Trent, looks like Steph rapped the West Ridge and its access gully which is on the South face. This is the same route which I climbed. She used double rope raps. Probably no better than the gully I used, plus I brought a 100' rap line so it would not have helped much for that much descent. http://www.stephabegg.com/home/tripreports/washington/northcascades/pickets/southernpickets2#day2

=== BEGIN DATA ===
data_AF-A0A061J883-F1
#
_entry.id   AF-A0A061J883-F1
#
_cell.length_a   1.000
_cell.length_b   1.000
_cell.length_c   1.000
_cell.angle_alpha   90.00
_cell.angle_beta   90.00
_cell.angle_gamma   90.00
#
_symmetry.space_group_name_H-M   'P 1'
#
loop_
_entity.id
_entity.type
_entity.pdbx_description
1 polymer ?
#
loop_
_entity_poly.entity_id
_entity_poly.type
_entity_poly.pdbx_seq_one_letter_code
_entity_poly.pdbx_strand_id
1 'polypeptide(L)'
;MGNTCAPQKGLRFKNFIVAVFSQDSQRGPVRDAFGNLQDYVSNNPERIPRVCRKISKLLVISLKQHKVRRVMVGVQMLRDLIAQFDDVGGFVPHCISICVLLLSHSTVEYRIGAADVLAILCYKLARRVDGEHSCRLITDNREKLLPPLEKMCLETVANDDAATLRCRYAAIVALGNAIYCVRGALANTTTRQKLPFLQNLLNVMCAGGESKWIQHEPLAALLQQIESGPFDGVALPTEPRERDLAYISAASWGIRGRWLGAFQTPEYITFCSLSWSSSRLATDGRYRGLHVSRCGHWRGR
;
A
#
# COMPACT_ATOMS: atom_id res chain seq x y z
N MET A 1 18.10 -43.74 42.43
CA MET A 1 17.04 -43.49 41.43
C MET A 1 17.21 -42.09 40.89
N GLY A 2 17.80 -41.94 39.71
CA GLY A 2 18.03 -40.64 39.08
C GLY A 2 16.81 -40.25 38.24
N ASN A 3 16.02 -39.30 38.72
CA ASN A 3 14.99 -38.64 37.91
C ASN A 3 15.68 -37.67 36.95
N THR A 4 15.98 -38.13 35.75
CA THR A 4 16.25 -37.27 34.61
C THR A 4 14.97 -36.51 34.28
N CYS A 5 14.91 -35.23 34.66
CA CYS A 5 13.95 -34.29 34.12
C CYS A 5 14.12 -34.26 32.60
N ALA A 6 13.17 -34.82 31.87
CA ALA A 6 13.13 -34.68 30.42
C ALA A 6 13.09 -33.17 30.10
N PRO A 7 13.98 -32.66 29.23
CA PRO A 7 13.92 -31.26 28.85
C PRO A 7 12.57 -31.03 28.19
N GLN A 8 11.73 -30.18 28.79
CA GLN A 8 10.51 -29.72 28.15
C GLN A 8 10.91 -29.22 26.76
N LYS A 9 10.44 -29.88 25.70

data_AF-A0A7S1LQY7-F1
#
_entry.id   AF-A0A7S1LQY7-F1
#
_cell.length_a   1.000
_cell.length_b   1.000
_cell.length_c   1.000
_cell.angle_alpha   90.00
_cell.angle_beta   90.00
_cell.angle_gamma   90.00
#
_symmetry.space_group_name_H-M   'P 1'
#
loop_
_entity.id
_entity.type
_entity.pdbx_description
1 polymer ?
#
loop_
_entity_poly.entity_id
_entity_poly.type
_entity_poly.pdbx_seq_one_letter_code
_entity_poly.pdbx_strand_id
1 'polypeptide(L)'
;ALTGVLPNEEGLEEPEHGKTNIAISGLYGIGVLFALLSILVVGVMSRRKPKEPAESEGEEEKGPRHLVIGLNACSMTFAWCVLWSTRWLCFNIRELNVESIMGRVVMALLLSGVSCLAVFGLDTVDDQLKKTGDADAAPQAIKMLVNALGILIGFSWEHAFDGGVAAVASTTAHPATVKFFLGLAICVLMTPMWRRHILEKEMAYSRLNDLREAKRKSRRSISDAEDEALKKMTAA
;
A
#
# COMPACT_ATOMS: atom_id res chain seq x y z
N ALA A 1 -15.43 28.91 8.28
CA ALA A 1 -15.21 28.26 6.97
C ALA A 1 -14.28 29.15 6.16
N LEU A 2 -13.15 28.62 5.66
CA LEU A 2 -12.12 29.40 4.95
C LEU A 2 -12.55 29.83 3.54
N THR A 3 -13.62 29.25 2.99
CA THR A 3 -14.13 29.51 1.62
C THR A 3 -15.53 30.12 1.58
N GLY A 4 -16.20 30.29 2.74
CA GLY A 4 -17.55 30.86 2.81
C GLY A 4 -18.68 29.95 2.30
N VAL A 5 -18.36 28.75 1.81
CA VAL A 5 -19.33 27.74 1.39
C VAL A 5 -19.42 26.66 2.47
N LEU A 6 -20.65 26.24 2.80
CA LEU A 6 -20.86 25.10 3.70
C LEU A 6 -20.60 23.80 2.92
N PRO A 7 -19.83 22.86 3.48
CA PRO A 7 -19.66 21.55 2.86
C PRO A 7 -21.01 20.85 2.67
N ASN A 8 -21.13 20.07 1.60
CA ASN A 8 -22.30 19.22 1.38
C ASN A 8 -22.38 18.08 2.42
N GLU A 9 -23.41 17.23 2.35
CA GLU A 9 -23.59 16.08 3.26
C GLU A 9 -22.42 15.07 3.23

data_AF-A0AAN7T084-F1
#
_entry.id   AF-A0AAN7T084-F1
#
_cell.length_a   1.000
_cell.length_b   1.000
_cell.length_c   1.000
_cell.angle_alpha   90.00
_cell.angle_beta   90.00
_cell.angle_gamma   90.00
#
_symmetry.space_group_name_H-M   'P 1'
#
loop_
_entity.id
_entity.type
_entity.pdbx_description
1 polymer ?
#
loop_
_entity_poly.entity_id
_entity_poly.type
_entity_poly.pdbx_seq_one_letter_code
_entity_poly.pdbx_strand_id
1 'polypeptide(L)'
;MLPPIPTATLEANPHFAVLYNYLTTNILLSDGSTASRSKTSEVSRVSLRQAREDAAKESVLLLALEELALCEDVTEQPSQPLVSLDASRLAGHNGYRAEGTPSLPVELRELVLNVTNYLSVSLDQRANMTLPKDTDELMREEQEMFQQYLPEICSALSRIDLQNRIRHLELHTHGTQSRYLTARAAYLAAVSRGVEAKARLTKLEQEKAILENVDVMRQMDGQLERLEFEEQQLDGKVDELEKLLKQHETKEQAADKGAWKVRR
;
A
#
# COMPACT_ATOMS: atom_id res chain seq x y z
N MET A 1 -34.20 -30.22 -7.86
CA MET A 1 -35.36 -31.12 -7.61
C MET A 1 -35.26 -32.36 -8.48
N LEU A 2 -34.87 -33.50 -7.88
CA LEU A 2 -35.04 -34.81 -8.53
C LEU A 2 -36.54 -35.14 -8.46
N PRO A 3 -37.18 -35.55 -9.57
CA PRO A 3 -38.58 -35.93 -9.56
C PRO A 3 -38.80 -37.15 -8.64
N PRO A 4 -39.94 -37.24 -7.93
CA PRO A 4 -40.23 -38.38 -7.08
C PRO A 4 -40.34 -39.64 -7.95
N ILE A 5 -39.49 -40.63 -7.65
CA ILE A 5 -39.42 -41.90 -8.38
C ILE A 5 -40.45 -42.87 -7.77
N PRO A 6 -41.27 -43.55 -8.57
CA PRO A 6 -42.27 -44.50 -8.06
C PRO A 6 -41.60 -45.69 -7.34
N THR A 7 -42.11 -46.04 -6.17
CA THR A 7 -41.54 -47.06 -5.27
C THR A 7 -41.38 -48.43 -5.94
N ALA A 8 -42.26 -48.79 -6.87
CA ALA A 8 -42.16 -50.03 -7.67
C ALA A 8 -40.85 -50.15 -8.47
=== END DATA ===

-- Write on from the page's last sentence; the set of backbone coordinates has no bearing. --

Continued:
5. Trip: WA Pass - DEB + Lib Crack Date: 8/15/2015 Trip Report: This is kind of a tag-on TR from my Pickets one: S. Pickets TR This will be much shorter but I just wanted to really encourage people to get on these routes. Both are excellent and very doable, but I think their position and rep cast a bit of an intimidating shadow. Friday night Nick met me at the North Cascades Mountain Hostel in Winthrop... which as I write is evacuated due to fires. But when they get back open along with the rest of that region that is a great place to crash for a night in a real bed and a shower, as well as great company. I was loathe to leave new friends but the mountains called and I was like a child on Christmas morning. We headed up to the pass that night and bivied road-side. In the morning we headed up to the DEB (Direct East Buttress) on SEWS. This route seemed really intimidating to me because of the grade but honestly if you are solid on 5.9 and pull on a couple draws the route is really very quick and easy. A short approach with relatively little scrambling leads to easy 5th for a rope length, then two pitches of solid 5.9, then the slab bolt ladder (11-), a traverse pitch (can be combined with the pitches on either side of it, we combined with the pitch after), and a vertical bolt ladder (10+ on good pockets and edges), followed by much easier climbing (5.6 to 4th) to the summit. We polished the route off in 5.5 hrs and it felt quite leisurely. If we had not been doing Lib Crack the next day I think we would have added on another route like NW Corner or W Face on NEWS. We hiked down to Blue Lake but in the future I would probably try the scramble down to the hairpin as it looks much quicker and not that sketchy. We briefly scoped the apporach to Lib Crack, even easier than DEB, and then headed to the cars for a nap and food. That night Nick made us a dirtbag deluxe dinner (DDD) steak marinara on pasta. There had been people fixing a line on the first two pitches of Lib Crack. Something we had eschewed for the true single push rah-rah-rah BS. We discussed what we would do and joked about microtraxioning the first three pitches on someone elses line just for shits in the morning... funny looking back and now knowing what they were for. We woke at 6am and headed up to the big ol' face of our Liberty Belle. And were climbing sometime around 8am. On both routes we opted for a small followers pack with a 4L drom (half full on the DEB and full on LC), extra clothes, some bars, headlights, etc. Nick lead the official pitch 1 (5.11-/10+) and was able to free it with style. I followed with a full pack and pulled on gear. I took the Lip pitch, Nick watched and laughed at me as I had no roof aiding experience but it was perfectly doable. I tied off the rope once Nick was past the lip and started short fixing pitch 3. Nick arrived just in time to put me on for the first bashie, something that I had never used before and found a little spooky. I was able to aid fairly easily through most of the next pitch quickly with only a few easy free moves and some chicken choking (supposedly there is a sweet hook move somewhere but I didn't bring one and had no idea where it was supposed to be, we got by fine without). While this happened the owner of the fixed ropes walked up... none other than M.S. the Wallstein himself, must be trying to free the roof crack so we both felt like a couple of total noobs floundering around on a stupid C1 pitch... cest la vie. Nick took the next pitch (5.10 hands, the lucky bastard) and I flailed after him with the pack. The next pitch was the 5.8 "burly wide" pitch but required no OW technique and honestly can be well protected without many big cams. I placed a #4 and #3 C4s but could have easily found alternatives. I think this route could go comfortably with a single #3 if you're willing to run it out 15' on 5.8/9. Nick lead the next pitch to the "rotten block". He spent several minutes on the "5.10 flare" before abandoning that option to french around the block on the fixed pieces out left (pretty smooth and featureless). This was quite a shit-show pitch for us, and we had a good laugh as I flopped onto the belay like a beached whale. The next pitch starts with more 5.10 chimney moves which I shamelessly frenched/stepped on the belay bolts to get past. I linked this pitch with the next one quite easily (5.7/8 slab corner with a couple moves of 5.9/10) to the first good belay ledge of the route (sweet tree to sit on) but it was impossible for Nick to hear me and took a while to get him up there. Nick then tackled a 5.6 chimney and linked it with the 5.9 corner pitch before running out of rope. He established a quick belay, brought me up to the last good ledge and then finished to a good bushy ledge in the middle of the 5.0 slab pitch. From here we simul-climbed a short bit of easy terrain until we reached the tree covered ledges for the descent and unroped. We did the Beckey scramble to the summit and hung out in the sun for a while before the standard descent on over-exposure to the notch. We were back at the car by 8pm (13hrs car-car) and Nick took off immediately to make it to work in Bend for the next morning... that is what we call dedication. What a boss! I spent a couple nights enjoying the company of new friends and headed back to Bend myself. Both these routes are awesome and very doable. Liberty Crack is definitely much harder than DEB and much more sustained, but it is still much more attainable than I imagined. Get after it! Pictures>>> top out on SEWS perfect North Cascades weather SEWS summit! yours truly approaching da Belle (photo by Nick Mestre) under the face (photo by Nick Mestre) Nick at the belay having freed pitch 1 (photo by Nick Mestre) myself struggling at the lip (photo by Nick Mestre) looking down pitch 3's sick finishing finger crack myself exiting the rotten block belay with impeccable style (photo by Nick Mestre) the awesome tree belay ledge and nick getting it on in the 5.6 chimney summit pics (photos by Nick Mestre) summit... Nick stoked despite the fact he has to be at work in 12 hours Gear Notes: DEB... nothing special, a selection of cams and draws, 60mx9.4mm rope. Lib Crack... doubles from #0 TCU to #3 C4, small offset nuts, one set etriers, small ascender setup for pitch 2 (we used microtrax + grigri for a mere 1/2 pitch and follower just frenched the rest), 4L of H2O all got drank, 70mx10mm rope used but could have gone with a 60m. Both... 30L lightweight followers pack for approach shoes, water, bars, and spare clothes while climbing. Approach Notes: Short climbers trail to some scrambling on both routes.